# Skewed frustum/off-axis projection for head tracking in OpenGL

I am trying to do an off-axis projection in my application and trying to change the perspective of the scene as per the user's head position. Normally, given that I had to draw a box on the screen, I would draw a Box on the screen as:

``````ofBox(350,250,0,50); //ofBox(x, y, z, size); where x, y and z used here are the screen coordinates
``````

To do an off-axis projection here, I am aware that I would have to change the perspective projection as follows:

``````vertFov = 0.5; near = 0.5; aspRatio = 1.33;
glMatrixMode(GL_PROJECTION);
glFrustum(near * (-vertFov * aspRatio + headX),
near * (vertFov * aspRatio + headX),
near, far); //frustum changes as per the position of headX and headY
glMatrixMode(GL_MODELVIEW);
``````

For a symmetric frustum in the above case (where headX and headY is zero), the `left, right` params come out to be `-0.33`, `0.33` and `bottom, top` parameters come out to be `-0.25, 0.25` and establish my clipping volume along those coordinates. I tried to simulate the off-axis using a mouse for a test and did the following:

``````double mouseXPosition = (double)ofGetMouseX();
double mouseYPosition = (double)ofGetMouseY();
double scrWidth = (double)ofGetWidth();
double scrHeight = (double)ofGetHeight();

headX = ((scrWidth -mouseXPosition) / scrWidth) - 0.5;
headY = (mouseYPosition / scrHeight) - 0.5;
headZ = -0.5; //taken z constant for this mouse test
``````

However, I intend to use `Kinect` which gives me coordinates for head of the order of `(200, 400, 1000)`, `(-250, 600, 1400)`, (400, 100, 1400) etc. and I am not able to make out how to change the frustum parameters when I have those head positions. For eg: Considering `0` to be at the center for the Kinect, if the user moves such that his position is `(200, 400, 1000)`, then how would the frustum parameters change here?
How will the objects have to be drawn when the `z-distance` obtained from `Kinect` will also have to be taken into account? Objects have to become smaller in size as `z` increase and that could happen by `glTrasnlate()` call inside the above off-axis code, but the two scales of the coordinate systems are different (glFrustum now sets clipping volume to [-0.25,0.33] to [0.25,-0.33] wheres Kinect is in the order of hundreds `(400,200,1000)`). How do I apply the z values to `glFrustum`/`gluLookAt` then?

• An interesting project. I wonder what the chances are of the end result being kids sitting an inch from the TV to get the maximum view of the world? ;) May 30, 2013 at 7:58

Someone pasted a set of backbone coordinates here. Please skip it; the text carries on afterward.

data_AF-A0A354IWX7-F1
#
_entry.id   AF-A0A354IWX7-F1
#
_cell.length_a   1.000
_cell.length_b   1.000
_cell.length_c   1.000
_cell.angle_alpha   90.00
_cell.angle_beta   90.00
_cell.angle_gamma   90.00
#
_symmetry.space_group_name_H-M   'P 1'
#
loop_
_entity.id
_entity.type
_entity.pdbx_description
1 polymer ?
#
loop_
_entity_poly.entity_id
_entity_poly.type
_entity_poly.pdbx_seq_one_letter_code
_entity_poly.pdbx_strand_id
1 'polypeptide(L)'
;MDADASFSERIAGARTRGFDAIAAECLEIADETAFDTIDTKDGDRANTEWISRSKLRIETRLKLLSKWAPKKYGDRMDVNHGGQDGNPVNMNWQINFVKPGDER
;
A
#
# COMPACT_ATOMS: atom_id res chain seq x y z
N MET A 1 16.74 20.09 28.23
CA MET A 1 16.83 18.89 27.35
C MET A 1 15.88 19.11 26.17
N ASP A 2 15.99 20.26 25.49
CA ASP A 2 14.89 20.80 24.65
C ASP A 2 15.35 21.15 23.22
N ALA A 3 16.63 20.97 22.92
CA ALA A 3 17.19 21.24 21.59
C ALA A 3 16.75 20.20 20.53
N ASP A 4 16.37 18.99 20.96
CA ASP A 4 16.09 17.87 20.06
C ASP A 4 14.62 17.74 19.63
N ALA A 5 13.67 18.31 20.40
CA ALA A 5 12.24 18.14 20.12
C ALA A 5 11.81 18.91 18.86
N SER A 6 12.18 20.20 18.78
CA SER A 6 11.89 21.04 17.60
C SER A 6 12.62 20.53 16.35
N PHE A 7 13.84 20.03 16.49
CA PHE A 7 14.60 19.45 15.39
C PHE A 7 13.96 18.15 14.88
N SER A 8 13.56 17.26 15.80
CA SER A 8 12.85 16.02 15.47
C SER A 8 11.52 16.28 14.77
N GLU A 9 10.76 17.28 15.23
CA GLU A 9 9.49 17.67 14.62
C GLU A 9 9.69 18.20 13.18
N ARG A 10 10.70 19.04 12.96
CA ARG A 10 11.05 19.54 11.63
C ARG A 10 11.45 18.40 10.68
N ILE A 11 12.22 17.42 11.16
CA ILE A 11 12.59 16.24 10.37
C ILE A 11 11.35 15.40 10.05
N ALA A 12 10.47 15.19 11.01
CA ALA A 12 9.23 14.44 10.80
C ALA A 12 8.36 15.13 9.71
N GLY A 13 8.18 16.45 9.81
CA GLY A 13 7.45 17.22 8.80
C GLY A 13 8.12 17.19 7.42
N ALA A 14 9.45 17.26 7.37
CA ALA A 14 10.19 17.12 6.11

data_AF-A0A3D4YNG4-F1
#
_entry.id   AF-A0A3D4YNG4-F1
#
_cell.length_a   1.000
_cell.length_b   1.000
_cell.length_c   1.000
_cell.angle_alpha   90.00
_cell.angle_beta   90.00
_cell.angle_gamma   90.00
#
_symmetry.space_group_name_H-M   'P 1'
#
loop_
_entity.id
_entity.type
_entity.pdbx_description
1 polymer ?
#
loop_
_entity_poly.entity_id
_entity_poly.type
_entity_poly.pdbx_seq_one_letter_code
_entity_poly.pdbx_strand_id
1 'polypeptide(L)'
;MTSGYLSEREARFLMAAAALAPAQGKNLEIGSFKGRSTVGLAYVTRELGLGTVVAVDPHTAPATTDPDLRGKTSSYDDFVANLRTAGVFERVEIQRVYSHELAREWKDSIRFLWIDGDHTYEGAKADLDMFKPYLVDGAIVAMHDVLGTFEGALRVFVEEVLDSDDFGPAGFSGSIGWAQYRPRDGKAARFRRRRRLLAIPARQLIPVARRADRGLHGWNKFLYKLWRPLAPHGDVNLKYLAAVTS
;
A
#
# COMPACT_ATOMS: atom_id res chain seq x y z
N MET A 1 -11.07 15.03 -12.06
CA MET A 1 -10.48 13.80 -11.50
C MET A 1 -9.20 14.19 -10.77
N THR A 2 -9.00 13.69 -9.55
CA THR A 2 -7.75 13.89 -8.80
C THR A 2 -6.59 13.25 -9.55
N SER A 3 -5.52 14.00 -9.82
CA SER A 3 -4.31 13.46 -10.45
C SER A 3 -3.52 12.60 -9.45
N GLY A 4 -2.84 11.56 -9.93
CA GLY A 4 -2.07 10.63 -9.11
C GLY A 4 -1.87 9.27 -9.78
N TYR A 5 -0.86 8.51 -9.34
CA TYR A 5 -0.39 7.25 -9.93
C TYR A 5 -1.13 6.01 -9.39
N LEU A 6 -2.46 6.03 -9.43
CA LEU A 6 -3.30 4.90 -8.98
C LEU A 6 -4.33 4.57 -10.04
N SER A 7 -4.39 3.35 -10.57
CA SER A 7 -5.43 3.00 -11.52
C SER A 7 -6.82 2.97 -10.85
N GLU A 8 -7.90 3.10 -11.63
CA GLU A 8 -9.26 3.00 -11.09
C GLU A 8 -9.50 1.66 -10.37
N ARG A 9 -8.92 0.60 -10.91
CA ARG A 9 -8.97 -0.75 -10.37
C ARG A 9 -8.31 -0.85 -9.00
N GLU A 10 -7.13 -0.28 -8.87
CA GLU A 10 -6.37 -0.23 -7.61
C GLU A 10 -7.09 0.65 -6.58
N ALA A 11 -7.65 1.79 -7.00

• Did you get it to work with the Kinect? A video from the user's perspective would be really cool. May 31, 2013 at 14:56

First, you don't want to use `gluLookAt`. `gluLookAt` rotates the camera, but the physical screen the user looks at doesn't rotate. `gluLookAt` would only work if the screen would rotate such that the screen normal would keep pointing at the user. The perspective distortion of the off-axis projection will take care of all the rotation we need.

What you need to factor into your model is the position of the screen within the frustum. Consider the following image. The red points are the screen borders. What you need to achieve is that these positions remain constant in the 3D WCS, since the physical screen in the real world also (hopefully) doesn't move. I think this is the key insight to virtual reality and stereoscopy. The screen is something like a window into the virtual reality, and to align the real world with the virtual reality, you need to align the frustum with that window.

To do that you have to determine the position of the screen in the coordinate system of the Kinect. Assuming the Kinect is on top of the screen, that +y points downwards, and that the unit you're using is millimeters, I would expect these coordinates to be something along the lines of (+-300, 200, 0), (+-300, 500, 0).

Now there are two possibilities for the far plane. You could either choose to use a fixed distance from the camera to the far plane. That would mean the far plane would move backwards if the user moved backwards, possibly clipping objects you'd like to draw. Or you could keep the far plane at a fixed position in the WCS, as shown in the image. I believe the latter is more useful. For the near plane, I think a fixed distance from the camera is ok though.

The inputs are the 3D positions of the screen `wcsPtTopLeftScreen` and `wcsPtBottomRightScreen`, the tracked position of the head `wcsPtHead`, the z value of the far plane `wcsZFar` (all in the WCS), and the z value of the near plane `camZNear` (in camera coordinates). We need to compute the frustum parameters in camera coordinates.

``````camPtTopLeftScreen = wcsPtTopLeftScreen - wcsPtHead;
camPtTopLeftNear = camPtTopLeftScreen / camPtTopLeftScreen.z * camZNear;
``````

and the same with the bottom right point. Also:

``````camZFar = wcsZFar - wcsPtHead.z
``````

Now the only problem is that the Kinect and OpenGL use different coordinate systems. In the Kinect CS, +y points down, +z points from the user towards the Kinect. In OpenGL, +y points up, +z points towards the viewer. That means we have to multiply y and z by -1:

``````glFrustum(camPtTopLeftNear.x, camPtBottomRightNear.x,
-camPtBottomRightNear.y, -camPtTopLeftNear.y, camZNear, camZFar);
``````

If you want a better explanation that also covers stereoscopy, check out this video, I found it insightful and well done.

Quick demo, you might have to adjust `wcsWidth`, `pxWidth`, and `wcsPtHead.z`.